I was ambivalent when I first saw Antonio Trillanes IV on television. But there he was, a very young man, taking a clear and unequivocal stand against evil in government. My ambivalence may have something to do with four years of brainwashing called law school. Like military cadets, we were brainwashed to think that the Constitution was supreme and that change had to be through constitutional means. Never mind that as a freshman at the UP College of Law in 1986, we had no Constitution to study but for a two-page document known as the freedom constitution. Never mind too that we started our law studies with a brand new extra-constitutional regime that was the regime of Corazon Cojuanco-Aquino.
Perhaps, the ambivalence may have been due to the many coups staged against Mrs. Aquino, a regime that I was willing to die for. There too is the fact that as a high school activist, I once told a group of PMAers who hitched a ride with my family in Baguio that I hoped that they would not end up being fascists.
Law thrives though on stability. Law exists, among others, to achieve predictability. This is why an activist lawyer, which is how I would like to think of myself, appears to be a contradiction in terms. Activists seek to change. Lawyers seek to preserve the status quo through the legal fiat that the Constitution is supreme.
But there was excitement when I first saw him on television. Part of it was that he and his men were doing what I myself would want but could not do myself: to bear arms against an evil regime. But amazed as I was with the picture of more than 300 men offering their lives to rid the country of corruption, the lawyer in me could not initially fully appreciate their heroism. This explains why as I annotated one State-of-the-Nation Address immediately after the Oakwood incident with no less than Korina Sanchez, I could not articulate even a token of appreciation for what Trillanes and his men did. It took many years of my own struggle against the cheating, lying, stealing and murderous evil regime before I could fully appreciate their heroism. In fact, it was not only after I saw a video of him walking out of his detention before I could fully appreciate the heroism of Trillanes and his men.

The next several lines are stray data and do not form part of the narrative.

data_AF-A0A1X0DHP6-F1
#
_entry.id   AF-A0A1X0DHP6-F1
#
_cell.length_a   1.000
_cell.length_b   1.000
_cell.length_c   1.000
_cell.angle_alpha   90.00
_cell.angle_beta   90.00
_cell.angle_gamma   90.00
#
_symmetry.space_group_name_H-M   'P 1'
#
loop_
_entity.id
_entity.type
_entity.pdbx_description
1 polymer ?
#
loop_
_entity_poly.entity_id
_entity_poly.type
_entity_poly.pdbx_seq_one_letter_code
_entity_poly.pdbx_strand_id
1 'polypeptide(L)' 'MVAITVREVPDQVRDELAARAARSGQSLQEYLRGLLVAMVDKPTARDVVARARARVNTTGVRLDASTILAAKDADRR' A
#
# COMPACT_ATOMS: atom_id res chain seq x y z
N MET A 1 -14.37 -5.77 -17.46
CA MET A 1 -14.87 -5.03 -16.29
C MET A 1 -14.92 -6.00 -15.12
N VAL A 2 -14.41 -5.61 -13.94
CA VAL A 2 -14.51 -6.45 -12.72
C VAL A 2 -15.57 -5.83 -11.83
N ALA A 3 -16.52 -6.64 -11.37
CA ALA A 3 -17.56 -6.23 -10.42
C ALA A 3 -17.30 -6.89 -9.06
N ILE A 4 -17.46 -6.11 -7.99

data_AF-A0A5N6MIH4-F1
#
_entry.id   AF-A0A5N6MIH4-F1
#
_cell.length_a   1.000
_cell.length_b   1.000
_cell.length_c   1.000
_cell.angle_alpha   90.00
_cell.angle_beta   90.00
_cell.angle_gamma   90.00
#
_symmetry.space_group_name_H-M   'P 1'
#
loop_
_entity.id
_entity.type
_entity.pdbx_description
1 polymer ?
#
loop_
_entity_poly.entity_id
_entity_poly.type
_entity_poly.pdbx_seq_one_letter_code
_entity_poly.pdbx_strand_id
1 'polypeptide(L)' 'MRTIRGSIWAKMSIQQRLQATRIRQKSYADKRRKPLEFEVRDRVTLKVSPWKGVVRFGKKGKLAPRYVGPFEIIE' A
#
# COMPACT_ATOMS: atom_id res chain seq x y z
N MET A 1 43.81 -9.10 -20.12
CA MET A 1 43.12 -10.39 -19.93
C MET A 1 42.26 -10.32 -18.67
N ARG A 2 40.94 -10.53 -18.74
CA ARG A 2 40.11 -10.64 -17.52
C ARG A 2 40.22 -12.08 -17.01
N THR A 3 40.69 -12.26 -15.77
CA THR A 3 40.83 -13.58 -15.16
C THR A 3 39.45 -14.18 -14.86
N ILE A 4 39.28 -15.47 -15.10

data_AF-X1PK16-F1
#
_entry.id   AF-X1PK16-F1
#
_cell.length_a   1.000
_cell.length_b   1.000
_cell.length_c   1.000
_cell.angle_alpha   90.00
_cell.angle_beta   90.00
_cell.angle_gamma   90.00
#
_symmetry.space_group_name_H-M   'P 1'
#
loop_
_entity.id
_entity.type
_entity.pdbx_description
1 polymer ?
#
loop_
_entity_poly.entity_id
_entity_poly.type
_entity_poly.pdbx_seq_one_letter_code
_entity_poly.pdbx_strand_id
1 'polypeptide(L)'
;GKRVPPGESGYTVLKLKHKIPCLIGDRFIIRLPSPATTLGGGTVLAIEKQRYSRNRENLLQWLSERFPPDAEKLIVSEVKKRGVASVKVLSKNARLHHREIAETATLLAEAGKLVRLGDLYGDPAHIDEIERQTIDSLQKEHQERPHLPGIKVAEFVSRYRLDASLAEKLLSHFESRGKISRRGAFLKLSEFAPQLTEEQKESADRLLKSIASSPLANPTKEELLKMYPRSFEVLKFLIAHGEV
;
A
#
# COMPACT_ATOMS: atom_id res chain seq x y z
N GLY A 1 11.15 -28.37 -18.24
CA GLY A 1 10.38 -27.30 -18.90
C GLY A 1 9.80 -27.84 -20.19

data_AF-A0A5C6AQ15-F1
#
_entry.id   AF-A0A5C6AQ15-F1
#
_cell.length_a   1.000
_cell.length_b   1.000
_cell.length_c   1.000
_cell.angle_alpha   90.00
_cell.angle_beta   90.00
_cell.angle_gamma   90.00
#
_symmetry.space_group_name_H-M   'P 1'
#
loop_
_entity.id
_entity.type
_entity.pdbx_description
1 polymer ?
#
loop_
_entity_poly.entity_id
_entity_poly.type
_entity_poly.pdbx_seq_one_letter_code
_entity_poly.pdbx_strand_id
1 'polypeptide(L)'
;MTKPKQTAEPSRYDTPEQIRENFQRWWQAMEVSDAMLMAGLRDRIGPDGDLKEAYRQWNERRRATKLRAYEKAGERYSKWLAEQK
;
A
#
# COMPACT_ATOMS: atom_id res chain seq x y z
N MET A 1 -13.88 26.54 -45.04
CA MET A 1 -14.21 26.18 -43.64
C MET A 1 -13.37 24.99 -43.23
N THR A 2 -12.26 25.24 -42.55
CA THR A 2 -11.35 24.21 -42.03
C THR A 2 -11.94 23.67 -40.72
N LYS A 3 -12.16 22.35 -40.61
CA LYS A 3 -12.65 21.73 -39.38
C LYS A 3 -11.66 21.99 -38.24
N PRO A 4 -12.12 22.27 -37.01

Whenever I feel tired of standing up against evil in government and have the occasional urge to retire into the stereotype of an upwardly mobile lawyer, I think of Sonny Trillanes and the many years that he spent behind bars fighting a regime and a system that is rotten and evil to the core. Whenever I feel that this nation deserves to continue to wallow in poverty because despite a change in government, corruption remains endemic; I ask myself: what have you actually done for this country? Certainly, nothing can compared to what Trillanes and his men did: like Ninoy, they were willing to die for this country. And unlike me and others who have only raised their voice against evil in government, Sonny gave up seven long years of his youth for this country.
Sonny’s and our fight, though, is far from over. We had high hopes that President Aquino, if only because of his pedigree alone, will usher in the winds of change and actually rid this place of both poverty and corruption. We had high hopes that after nine years of unabated killings and enforced disappearances, that P-Noy, himself a victim of these killings, would put an end to impunity at last. But no, almost six months into his administration, all we see are landmines laid by the previous regime both in the Ombudsman and in court. It also does not help that there is much squabbling within Team P-Noy. And yes, in this team itself, you have recycled personalities from the evil regime, some of whom with prior record for kleptocracy parading as members of civil society. There too are virtual unknowns whom we did not see nor hear from in the struggle against the evil one. Some did nothing but claimed credit for rallies that we organized and paid for ourselves.
Sure, the fight against corruption is far from over. Sure, we continue to wallow in poverty. Sure, the killings are continuing. But for as long as we have young Filipinos willing to die for this country, there will always be hope for this country. That is the true legacy of Sonny Trillanes and his men.
But lest we forget, hero as he is, he too is human. I can only imagine Sonny’s happiness as he celebrates his first Christmas with his very young children as a free man. To Sonny, and the many heroes like him, Merry, Merry Christmas and may P Noy make do with his promises in the coming new years.